People who have heard of unschooling but don’t know what it’s about, or who know just a little tend to stereotype unschoolers as uneducated. This is because people wrongly equate school with education.
Dale Stephens is probably, at least at the moment, the most well-known unschooler around, having received the Thiel Fellowship and being the founder of UnCollege. This can only be a good thing as I doubt there is anyone out there who would dare to label Dale as uneducated.
On the flip side of this issue, many unschoolers stereotype anyone who follows a path that leads them to financial success as a greedy person; a capitalist in the worst manifestation. The tendency among the unschooling community is to laud those who eschew any kind of wealth and to suspect the rest of duplicity.
Both sides err in their stereotyping.
The first group – the ones who know little or nothing about unschooling – is actually the easier to deal with; all it takes for them to realize they are wrong about unschoolers being uneducated is to meet a few of them.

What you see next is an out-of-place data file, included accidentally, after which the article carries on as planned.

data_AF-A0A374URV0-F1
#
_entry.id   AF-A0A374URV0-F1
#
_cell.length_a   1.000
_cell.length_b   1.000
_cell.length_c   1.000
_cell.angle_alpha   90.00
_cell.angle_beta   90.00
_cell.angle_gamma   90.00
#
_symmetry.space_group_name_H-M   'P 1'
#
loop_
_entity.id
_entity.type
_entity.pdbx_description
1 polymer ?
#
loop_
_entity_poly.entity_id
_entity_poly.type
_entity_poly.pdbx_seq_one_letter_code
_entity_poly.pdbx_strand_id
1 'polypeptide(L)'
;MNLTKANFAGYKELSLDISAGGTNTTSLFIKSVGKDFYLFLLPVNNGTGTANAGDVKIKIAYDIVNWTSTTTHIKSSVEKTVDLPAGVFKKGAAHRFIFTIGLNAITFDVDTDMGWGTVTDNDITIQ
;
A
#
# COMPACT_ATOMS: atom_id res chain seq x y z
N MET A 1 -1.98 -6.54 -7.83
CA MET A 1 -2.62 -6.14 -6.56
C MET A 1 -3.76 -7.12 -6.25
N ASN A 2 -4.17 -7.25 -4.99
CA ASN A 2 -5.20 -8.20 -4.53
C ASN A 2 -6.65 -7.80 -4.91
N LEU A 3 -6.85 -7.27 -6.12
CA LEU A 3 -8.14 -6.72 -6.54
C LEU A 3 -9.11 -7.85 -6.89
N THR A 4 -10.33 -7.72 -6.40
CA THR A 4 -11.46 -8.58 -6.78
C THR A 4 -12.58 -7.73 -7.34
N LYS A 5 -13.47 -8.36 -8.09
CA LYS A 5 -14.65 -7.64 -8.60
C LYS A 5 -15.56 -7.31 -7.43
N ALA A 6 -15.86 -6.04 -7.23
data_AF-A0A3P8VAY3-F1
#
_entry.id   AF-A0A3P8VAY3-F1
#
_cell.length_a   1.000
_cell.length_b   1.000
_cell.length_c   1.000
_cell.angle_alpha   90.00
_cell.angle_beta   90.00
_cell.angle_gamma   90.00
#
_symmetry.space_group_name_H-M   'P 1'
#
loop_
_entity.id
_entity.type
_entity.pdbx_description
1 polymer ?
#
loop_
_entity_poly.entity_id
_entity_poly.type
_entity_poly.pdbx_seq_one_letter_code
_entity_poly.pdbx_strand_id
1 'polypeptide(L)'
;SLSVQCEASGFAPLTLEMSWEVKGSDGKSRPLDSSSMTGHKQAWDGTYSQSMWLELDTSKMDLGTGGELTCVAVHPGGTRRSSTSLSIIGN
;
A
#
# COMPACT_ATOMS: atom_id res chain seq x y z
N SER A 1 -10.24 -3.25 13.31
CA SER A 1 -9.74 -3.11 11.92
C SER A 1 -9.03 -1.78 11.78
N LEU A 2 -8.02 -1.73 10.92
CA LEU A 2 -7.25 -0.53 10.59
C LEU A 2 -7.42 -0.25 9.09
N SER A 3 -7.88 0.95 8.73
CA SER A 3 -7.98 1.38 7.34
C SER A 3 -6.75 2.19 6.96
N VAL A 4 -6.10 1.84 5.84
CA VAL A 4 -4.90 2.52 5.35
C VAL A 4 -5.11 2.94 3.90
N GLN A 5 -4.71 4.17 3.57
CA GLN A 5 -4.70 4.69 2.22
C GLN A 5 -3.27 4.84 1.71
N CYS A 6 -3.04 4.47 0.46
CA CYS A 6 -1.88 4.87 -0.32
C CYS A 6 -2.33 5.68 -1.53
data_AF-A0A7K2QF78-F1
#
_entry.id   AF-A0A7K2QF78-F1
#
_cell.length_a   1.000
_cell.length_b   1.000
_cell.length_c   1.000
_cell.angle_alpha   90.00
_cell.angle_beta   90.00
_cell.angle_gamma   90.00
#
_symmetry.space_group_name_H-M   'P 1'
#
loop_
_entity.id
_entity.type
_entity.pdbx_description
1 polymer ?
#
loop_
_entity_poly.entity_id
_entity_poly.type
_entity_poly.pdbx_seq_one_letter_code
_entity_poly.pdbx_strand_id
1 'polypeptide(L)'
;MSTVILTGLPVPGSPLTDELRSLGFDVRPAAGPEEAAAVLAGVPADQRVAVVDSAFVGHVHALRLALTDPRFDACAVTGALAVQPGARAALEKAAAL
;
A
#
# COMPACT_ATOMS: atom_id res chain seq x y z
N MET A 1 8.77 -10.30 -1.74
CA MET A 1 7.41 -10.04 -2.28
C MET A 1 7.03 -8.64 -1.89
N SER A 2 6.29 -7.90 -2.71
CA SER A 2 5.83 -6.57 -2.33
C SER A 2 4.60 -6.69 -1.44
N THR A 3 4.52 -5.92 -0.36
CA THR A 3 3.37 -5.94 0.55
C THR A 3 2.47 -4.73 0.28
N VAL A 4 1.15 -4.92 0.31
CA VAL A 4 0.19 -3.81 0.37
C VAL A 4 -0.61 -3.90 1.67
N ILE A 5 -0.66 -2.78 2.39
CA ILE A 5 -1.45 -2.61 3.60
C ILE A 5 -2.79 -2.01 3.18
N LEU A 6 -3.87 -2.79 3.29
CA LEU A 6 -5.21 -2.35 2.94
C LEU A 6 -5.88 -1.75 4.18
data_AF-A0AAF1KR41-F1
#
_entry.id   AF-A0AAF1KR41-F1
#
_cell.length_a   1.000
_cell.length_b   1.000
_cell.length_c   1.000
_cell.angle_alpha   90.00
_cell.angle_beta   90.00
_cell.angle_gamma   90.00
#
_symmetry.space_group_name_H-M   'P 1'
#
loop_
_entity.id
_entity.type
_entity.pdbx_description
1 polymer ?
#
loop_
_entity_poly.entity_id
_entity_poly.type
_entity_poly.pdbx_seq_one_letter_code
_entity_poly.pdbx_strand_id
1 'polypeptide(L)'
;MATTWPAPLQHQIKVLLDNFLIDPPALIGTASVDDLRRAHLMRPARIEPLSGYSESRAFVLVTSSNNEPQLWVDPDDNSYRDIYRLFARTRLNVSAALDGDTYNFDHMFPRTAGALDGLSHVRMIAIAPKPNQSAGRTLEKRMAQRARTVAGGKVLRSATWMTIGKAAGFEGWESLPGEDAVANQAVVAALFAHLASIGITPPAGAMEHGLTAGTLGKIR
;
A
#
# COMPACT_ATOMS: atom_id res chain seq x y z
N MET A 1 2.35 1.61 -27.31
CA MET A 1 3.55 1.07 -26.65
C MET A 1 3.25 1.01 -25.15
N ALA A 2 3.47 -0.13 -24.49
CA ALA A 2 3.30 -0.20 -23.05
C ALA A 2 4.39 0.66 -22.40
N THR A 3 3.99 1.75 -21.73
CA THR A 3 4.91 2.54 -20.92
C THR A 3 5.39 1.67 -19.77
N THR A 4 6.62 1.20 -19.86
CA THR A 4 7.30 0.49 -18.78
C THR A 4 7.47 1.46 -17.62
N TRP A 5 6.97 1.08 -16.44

It’s the second group that is more difficult. Unschoolers who deride fellow self-directed learners for following a path of business or corporate success are contradicting what unschooling is all about; allowing children to grow & follow their interests. There is no caveat that says “as long as those interests lead them to live simply and not work for a corporation or have a lot of money.” I myself do not get inspired by marketing or a well thought out business model. But I know people who really, really love that stuff and are great at it. And you know what? If my kid was one of them it would be completely wrong of me to discourage her from becoming a marketing whiz and making a lot of money along the way.
Conversely, I am also not inspired by gardening or cooking, but if my kid wanted to open a cafe where she made everything from food grown in her own garden – if that was her dream – then it would be hypocritical of me to point out that she might not get rich doing it and so should choose a different career.
The money – the financial or material success – of the thing is beside the point no matter how you look at it.
What matters is doing the thing you love and doing it well.
So to all the unschoolers out there? Ditch the stereotypes. They do no one any good.